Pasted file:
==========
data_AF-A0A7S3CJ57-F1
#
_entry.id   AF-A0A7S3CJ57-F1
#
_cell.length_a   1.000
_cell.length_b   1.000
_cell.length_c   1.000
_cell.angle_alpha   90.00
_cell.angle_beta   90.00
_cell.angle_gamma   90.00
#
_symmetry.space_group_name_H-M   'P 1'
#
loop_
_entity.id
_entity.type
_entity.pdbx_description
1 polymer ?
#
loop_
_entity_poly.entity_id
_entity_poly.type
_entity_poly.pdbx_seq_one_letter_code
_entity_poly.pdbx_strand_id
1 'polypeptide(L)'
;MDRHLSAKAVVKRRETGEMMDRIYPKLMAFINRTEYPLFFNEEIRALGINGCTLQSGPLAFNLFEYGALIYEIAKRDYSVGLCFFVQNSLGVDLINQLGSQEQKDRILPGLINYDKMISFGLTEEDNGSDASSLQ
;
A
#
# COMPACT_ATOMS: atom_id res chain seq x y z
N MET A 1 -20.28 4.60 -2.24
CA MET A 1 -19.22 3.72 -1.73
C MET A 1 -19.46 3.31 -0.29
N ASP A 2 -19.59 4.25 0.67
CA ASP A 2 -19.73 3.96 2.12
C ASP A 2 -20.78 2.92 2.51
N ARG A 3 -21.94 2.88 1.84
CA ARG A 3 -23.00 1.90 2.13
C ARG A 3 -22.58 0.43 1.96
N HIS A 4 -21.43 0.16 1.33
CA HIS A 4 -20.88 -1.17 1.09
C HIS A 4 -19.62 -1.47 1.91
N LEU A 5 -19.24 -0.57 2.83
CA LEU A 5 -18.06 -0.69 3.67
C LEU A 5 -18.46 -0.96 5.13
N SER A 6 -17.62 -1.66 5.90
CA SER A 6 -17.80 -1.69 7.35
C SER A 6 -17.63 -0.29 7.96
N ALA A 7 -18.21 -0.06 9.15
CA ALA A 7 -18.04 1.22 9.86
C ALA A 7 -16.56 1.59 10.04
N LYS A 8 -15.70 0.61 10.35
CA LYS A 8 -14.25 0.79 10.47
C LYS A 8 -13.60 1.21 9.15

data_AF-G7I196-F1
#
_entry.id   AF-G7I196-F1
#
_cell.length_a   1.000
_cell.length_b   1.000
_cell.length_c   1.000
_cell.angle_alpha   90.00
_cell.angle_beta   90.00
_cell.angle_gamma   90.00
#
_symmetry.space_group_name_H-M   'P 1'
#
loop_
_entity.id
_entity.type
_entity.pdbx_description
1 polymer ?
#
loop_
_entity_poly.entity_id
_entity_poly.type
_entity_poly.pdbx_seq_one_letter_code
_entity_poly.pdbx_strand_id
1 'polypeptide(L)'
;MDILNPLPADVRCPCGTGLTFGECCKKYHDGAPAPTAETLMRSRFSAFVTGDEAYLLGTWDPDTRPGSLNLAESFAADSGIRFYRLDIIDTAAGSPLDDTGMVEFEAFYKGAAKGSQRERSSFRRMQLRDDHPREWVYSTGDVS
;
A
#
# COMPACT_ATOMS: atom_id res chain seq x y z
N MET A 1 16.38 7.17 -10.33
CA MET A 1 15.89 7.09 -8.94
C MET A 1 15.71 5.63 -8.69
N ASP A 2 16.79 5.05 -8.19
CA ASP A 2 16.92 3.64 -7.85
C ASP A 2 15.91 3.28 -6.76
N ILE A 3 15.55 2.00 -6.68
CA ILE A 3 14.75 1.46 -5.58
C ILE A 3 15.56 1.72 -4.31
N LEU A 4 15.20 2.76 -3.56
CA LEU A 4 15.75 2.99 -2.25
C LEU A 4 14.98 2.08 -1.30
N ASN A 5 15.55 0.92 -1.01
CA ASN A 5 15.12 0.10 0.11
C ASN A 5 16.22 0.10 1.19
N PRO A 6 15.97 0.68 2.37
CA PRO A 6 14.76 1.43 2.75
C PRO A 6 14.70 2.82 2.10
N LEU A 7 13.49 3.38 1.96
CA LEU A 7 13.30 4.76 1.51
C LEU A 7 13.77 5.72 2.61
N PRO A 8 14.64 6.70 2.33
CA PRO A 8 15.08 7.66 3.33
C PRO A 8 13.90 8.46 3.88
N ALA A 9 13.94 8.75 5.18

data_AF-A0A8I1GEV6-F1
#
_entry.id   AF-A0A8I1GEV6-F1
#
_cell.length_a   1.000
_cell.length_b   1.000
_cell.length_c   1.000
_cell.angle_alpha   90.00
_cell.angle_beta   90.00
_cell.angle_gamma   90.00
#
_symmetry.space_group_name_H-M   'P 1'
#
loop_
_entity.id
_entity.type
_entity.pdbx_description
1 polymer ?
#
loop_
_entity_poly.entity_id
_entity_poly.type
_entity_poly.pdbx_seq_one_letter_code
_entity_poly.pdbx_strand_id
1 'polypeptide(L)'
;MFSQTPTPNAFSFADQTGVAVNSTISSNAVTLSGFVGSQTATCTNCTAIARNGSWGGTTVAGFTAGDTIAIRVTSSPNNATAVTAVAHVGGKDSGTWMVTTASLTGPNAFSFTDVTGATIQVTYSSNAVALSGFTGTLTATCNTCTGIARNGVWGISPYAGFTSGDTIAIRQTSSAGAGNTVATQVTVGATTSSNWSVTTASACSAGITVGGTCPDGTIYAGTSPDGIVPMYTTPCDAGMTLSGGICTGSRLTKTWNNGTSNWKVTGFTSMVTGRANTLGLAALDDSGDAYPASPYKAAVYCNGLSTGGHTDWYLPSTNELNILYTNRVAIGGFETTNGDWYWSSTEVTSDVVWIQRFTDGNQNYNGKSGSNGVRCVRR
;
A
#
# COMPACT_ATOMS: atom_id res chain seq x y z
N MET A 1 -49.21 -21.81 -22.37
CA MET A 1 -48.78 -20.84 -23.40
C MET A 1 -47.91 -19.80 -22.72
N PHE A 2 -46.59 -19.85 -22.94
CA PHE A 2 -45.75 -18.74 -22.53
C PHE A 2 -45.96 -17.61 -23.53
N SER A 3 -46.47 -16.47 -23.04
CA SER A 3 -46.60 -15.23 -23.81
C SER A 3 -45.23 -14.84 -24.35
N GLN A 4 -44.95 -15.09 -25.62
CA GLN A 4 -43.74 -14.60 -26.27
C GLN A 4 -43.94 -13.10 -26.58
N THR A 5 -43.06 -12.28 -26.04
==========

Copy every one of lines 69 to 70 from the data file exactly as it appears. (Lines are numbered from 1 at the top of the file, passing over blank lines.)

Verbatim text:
_entity.id
_entity.type